You have to go slow to go fast – or do it over.” Hindsight is 20-20, and La Plata County has had since 2011, if not decades, to benefit from its rear-view mirror and the wise words of Martin Carcasson, director of Colorado State University’s Center for Public Deliberation.
Last week, the county terminated its contract with Kendig Keast Collaborative, the firm hired to update the county land-use codes. Because their work will be used, it’s not a total loss, but it didn’t have to happen this way – again.
In 2011, the county’s attempt to update its decades-old land-use plan (the document that establishes the vision the code codifies in regulation) went up in flames, and with it, $700,000 of public funds and the invaluable volunteer time of hundreds of citizen participants involved in its public process.
When it comes to the hot topic of land use, county planning staff involved in the most recent and 2011’s effort, and all three sitting commissioners who have lived in the area for decades, seem to have missed the mark, not just Kendig Keast.
Had they been adequately involved with the consultants guiding their work on the front end – the Texas firm visited the county only twice – we might not have ended up with another failed process that, sadly, is not the company’s first (Herald, March 22).
It could have been different and would be no surprise to Carcasson who, based upon his center’s research into human nature, institutions and public processes, suggests traditional processes are not suited to success. Talking about tough issues, a difference in values, how we define and prioritize them, is most often the source of a community’s conflict.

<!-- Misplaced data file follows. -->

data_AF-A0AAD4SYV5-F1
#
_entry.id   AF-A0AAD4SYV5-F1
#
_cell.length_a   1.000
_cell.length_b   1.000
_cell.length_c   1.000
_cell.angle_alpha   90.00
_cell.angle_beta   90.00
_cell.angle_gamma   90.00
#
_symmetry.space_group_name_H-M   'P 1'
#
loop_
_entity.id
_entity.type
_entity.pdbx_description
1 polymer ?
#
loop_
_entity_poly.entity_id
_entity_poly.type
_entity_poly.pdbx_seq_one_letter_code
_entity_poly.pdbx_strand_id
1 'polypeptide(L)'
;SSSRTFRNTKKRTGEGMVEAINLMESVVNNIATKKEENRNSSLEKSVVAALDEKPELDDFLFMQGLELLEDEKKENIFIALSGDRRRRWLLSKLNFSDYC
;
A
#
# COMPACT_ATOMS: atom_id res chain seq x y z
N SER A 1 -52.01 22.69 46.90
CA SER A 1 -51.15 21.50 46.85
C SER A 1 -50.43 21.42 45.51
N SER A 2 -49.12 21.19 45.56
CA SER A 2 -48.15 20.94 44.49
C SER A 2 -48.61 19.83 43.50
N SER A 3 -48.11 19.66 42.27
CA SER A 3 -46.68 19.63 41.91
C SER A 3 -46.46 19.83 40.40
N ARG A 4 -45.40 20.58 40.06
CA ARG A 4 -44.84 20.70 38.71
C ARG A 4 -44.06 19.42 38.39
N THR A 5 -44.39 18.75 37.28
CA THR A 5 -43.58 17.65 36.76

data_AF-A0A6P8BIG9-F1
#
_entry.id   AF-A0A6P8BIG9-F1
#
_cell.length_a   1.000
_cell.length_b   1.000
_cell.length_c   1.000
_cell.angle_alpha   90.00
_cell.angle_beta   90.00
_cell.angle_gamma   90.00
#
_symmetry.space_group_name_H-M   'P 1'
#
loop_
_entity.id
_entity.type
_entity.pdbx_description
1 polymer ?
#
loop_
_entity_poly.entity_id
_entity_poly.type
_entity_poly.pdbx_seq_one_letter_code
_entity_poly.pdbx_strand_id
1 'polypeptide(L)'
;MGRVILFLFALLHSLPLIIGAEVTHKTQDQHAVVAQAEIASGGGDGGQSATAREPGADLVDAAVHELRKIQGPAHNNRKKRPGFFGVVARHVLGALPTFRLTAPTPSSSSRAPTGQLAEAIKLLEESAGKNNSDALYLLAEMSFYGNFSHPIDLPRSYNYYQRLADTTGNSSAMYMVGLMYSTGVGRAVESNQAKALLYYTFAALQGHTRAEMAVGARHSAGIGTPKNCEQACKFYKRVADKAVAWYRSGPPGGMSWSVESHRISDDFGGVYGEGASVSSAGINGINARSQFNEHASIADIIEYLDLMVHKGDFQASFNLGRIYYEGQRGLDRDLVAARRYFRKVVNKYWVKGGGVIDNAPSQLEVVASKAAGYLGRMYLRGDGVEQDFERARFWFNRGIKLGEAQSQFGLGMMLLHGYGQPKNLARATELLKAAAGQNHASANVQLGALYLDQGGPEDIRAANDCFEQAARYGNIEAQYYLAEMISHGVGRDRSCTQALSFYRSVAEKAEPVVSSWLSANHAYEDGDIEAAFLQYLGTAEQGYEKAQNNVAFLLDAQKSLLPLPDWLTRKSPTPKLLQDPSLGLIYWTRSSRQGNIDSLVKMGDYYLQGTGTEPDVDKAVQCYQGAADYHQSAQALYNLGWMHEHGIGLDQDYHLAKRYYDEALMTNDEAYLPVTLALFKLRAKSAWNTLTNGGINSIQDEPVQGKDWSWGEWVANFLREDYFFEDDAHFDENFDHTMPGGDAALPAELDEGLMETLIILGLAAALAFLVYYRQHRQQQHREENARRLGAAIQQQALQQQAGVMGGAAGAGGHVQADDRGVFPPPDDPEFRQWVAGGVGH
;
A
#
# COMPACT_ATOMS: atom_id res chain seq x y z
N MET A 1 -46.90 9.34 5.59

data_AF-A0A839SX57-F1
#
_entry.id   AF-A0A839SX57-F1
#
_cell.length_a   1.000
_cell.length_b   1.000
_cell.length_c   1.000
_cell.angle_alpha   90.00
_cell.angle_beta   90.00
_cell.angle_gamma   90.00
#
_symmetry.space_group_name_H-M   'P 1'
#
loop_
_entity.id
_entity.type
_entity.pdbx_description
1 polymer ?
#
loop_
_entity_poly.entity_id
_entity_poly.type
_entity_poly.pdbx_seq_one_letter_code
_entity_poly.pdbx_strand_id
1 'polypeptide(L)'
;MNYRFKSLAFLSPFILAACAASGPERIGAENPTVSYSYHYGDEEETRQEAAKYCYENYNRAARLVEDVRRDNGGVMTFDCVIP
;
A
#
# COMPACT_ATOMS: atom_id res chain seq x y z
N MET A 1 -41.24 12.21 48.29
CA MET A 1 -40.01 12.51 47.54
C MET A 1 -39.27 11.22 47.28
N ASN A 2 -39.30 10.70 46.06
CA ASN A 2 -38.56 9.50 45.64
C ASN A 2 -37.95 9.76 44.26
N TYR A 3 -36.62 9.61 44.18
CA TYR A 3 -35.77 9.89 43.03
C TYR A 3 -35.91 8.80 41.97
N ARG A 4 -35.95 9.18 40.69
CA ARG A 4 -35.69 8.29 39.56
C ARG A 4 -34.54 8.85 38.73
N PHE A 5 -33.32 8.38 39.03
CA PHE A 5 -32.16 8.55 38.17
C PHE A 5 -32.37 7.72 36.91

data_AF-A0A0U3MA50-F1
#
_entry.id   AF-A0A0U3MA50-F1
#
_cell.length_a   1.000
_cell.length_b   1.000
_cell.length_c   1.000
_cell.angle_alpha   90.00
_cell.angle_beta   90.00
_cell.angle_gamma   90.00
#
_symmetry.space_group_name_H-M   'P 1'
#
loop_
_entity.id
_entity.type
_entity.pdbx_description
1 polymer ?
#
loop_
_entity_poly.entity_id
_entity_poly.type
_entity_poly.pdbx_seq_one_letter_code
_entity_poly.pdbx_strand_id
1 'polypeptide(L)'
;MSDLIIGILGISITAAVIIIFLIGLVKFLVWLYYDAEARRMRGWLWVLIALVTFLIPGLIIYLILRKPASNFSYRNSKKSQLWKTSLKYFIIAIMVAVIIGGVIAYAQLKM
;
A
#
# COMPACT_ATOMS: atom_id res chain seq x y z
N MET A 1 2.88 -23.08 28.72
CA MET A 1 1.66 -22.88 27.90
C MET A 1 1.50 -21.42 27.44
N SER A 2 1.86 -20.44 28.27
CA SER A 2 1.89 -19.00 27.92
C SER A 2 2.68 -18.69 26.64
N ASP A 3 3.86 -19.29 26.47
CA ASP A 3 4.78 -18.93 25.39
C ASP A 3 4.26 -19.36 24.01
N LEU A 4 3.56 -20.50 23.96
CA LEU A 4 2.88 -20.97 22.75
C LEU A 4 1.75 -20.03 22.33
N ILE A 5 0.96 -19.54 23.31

Carcasson is often called upon in the aftermath of what he calls a “well-intentioned flop” at addressing “wicked problems,” a term Carcasson coined to describe an approach to issues that have multiple attitudes, values and opinions to consider. It is this approach to problem-solving that City Manager Ron LeBlanc introduced in his 2018 budget presentation, and Mayor Dick White referenced in his column Saturday.
Carcasson came to town at LeBlanc’s invitation a few weeks ago to meet with city staff and community leaders (including County Manager Joanne Spina), in Carcasson’s words, “to present a better way to engage in public process to make decisions to keep and grow Durango’s greatness” – what he calls “deliberative engagement.”
Projecting zero sales tax growth in 2018 (Herald, Sept. 26) and limited future resources, on March 1, the city kicked off its “Engage with your city” effort to hear from citizens about their vision, values and priorities for the future of Durango. In September, LeBlanc said, “We don’t have a budget problem, we have an opportunity to improve the public decision-making process.”
The city hasn’t always succeeded at public process either, but kudos to LeBlanc and his staff for looking to do things in a new way.
In the end, the county’s experience resulted in more residents stepping up to become engaged, hopefully informed and participating in processes they had not previously. It can be painful, but it may also just be a part of the evolution and hard work of democracy.
The next “Engage” community forum will be held from 5 to 7 p.m. Monday, April 16. at Durango City Hall. The final two forums are May 17 and June 25. A survey and more information can be found at durangogov.org/engage.